The Devonian period is a geologic period that extends from approximately 416 to 359 million years ago, for a total duration of 57 million years, slightly longer than average for a geologic division. Part of the longer Paleozoic era, the Devonian was preceded by the Silurian and followed by the Carboniferous. Its start is defined as the appearance of graptolite fossils called Monograptus uniformis. Graptolites were colonial marine worms related to modern-day acorn worms. The end of the Devonian is defined as the appearance of the conodont (eel-like vertebrate) Siphonodella sulcata.
The Devonian period was characterized by deep seas inhabited by increasingly diversifying fish species. For this reason, the Devonian is often called "The Age of Fishes." Many fish families evolved during this period, including the ancestors of modern bony fish, class Osteichthyes.
The most primitive jawless fishes, the ostracoderms, had died out during the early Devonian. The earliest jawed fish, the acanthodians, also called spiny sharks (though they looked more like fish than modern sharks) appeared in the late Silurian/early Devonian and went on to be one of the most abundant freshwater fish species for the rest of the Paleozoic. These "spiny sharks" were the first known jawed vertebrates, and are known for rigid spines extending from their vertebrae to support numerous fins, sometimes as many as eight. Some spiny shark species even had tiny spines all over their body. This class of fishes predate modern sharks by about 50 million years. Both acanthodians and early sharks had cartilaginous skeletons.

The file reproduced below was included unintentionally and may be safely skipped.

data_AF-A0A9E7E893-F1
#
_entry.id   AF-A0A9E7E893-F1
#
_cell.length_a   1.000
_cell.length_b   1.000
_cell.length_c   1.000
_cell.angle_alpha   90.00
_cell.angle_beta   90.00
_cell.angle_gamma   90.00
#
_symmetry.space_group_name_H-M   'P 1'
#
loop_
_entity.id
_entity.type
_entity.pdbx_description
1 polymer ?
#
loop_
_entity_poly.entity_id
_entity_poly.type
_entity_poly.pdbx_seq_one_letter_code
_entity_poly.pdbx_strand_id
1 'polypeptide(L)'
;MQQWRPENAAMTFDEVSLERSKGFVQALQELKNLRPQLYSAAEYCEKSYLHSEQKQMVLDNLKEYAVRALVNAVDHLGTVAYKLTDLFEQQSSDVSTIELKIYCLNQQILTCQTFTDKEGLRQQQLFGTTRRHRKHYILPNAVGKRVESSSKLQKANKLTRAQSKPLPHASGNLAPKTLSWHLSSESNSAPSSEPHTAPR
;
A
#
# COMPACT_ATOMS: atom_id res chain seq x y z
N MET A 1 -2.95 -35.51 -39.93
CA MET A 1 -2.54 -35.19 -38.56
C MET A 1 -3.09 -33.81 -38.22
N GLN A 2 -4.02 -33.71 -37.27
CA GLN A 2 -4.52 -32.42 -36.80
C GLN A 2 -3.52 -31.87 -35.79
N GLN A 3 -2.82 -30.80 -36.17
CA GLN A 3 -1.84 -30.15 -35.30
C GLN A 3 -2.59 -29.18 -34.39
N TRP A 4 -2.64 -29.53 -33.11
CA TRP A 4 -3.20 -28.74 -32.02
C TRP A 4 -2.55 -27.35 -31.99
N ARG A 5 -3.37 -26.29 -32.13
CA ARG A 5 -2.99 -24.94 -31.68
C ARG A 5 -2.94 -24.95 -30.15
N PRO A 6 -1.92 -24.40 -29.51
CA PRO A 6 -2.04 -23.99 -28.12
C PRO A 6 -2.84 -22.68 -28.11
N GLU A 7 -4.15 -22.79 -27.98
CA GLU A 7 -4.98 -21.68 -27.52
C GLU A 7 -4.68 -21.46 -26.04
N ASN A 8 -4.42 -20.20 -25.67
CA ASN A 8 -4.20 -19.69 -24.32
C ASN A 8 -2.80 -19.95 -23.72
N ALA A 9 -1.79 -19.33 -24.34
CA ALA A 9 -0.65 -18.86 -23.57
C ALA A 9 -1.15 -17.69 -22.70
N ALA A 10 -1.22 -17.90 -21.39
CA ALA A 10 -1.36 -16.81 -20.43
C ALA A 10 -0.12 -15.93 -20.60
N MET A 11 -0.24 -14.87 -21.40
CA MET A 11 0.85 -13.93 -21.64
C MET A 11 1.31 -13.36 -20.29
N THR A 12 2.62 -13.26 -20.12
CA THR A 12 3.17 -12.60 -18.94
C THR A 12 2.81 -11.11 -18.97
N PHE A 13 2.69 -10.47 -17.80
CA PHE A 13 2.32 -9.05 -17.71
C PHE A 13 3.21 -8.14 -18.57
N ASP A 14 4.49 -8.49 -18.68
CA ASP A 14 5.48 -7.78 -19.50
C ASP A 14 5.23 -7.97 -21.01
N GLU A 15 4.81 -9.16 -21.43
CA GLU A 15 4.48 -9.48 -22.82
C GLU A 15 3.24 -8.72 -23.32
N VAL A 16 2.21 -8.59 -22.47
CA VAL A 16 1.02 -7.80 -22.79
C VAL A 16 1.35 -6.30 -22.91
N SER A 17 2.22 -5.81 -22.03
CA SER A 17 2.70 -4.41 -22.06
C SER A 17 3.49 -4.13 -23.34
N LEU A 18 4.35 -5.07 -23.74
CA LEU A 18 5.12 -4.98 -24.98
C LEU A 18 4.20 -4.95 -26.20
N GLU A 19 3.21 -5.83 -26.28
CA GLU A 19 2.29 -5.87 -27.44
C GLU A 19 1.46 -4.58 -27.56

Another fascinating group of fishes that lived during the Devonian were the placoderms, fish with heavily armored heads and no modern-day analogues. Placoderms were the dominant vertebrate group during the Devonian period, growing larger than other groups of fish. Placoderms were a relatively short lived (~50 million year) group sometimes considered "an early experiment in jawed fish." Unlike all other jawed vertebrates, placoderms lacked true teeth. Their "teeth" were instead just self-sharpening extensions of their jawbones. The largest known placoderm, Dunkleosteus, reached lengths of 6 m (20 ft), is considered among the first vertebrate superpredators.
The full-swing colonization of the land by plants and animals occurred throughout the Devonian. Vascular plants had appeared for the first time in the late Silurian, accompanied by primitive land arthropods and other invertebrates like mollusks. Vascular plants allowed for the first true forests and soils, a stark contrast to the tiny moss and liverwort "forests" of the Silurian. Near the very end of the Devonian, lobe-finned fish began to evolve tentative legs, first using them to navigate swamps, then to travel on land. In just 57 million years, the land had gone from being nearly completely barren to something starting to resemble the present-day world.